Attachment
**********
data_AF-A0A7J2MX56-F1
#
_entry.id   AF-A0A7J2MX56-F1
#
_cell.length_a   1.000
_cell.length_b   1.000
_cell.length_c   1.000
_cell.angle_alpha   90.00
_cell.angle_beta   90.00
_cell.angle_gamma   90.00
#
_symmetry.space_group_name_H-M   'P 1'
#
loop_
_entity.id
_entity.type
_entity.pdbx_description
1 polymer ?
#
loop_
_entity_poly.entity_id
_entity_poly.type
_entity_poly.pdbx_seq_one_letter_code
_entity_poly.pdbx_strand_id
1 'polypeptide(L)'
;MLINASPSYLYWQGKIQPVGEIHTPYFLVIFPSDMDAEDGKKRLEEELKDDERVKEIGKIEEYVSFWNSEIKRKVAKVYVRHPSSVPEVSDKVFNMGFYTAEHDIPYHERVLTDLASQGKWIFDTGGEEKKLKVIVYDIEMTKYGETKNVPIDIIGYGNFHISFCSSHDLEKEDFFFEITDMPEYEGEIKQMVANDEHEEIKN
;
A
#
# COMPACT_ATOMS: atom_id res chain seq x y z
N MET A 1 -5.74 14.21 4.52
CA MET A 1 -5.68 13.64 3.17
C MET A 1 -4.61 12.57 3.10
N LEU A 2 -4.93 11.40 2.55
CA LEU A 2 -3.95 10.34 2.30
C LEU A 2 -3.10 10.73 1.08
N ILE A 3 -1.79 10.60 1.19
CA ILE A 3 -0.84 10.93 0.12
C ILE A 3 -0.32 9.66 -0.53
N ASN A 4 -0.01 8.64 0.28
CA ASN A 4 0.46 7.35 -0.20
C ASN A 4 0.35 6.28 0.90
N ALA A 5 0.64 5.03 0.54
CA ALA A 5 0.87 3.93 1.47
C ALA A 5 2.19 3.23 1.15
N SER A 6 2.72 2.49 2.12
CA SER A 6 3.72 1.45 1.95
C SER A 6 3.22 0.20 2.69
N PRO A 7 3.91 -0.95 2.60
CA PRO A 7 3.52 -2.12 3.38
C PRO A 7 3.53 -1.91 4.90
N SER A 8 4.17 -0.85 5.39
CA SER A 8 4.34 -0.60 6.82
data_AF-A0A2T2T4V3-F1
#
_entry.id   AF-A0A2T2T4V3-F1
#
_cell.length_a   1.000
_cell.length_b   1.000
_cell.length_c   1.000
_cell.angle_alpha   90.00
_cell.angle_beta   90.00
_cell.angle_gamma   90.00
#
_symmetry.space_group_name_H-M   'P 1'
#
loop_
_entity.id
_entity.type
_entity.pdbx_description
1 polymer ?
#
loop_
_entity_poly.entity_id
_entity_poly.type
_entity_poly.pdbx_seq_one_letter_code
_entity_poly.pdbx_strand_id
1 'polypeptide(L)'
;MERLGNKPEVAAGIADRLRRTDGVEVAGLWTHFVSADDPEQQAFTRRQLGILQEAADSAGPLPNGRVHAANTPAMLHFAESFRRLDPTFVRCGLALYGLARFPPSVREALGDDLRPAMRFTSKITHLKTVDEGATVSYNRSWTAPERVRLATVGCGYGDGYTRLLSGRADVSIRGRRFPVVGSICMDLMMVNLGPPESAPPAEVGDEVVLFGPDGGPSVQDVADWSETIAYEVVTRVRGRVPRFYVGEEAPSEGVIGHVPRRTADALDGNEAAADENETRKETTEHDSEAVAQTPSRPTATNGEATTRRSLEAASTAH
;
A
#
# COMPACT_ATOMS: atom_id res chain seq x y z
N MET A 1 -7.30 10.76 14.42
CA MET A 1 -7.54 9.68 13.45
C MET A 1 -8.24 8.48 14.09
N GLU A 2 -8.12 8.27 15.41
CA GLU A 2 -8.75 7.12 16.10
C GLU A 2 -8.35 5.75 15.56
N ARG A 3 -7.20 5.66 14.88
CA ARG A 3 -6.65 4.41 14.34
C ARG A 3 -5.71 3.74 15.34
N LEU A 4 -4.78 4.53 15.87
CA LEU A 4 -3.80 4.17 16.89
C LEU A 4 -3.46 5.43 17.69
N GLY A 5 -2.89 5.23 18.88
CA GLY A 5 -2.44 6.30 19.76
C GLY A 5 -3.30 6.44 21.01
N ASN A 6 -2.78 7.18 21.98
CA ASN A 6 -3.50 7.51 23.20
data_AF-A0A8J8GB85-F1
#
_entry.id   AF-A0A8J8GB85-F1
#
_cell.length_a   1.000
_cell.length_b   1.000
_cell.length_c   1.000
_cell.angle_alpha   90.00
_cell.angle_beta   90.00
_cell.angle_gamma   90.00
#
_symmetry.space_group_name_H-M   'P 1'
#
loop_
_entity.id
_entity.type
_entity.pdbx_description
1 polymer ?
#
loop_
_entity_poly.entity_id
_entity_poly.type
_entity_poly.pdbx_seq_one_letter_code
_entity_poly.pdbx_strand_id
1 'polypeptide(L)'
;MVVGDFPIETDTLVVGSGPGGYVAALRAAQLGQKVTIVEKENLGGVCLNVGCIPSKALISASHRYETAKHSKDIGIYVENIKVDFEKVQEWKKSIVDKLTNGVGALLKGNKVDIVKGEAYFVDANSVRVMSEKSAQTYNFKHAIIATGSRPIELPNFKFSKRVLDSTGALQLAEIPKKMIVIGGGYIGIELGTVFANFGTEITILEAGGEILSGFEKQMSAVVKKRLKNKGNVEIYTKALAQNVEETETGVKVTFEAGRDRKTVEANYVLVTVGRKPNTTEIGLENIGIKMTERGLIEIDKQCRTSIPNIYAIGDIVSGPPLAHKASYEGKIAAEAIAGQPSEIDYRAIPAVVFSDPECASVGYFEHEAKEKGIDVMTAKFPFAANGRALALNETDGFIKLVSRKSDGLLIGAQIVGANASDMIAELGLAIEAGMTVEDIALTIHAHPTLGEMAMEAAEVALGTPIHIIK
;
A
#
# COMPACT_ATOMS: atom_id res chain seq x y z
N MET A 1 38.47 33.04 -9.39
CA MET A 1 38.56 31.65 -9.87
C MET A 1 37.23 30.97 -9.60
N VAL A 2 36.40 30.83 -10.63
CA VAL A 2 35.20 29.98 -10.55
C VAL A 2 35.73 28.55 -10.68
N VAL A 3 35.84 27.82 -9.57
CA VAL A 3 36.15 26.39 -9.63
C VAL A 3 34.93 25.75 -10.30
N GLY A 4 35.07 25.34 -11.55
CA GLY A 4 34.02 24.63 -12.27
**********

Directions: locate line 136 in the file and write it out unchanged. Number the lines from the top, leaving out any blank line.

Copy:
C VAL A 2 35.73 28.55 -10.68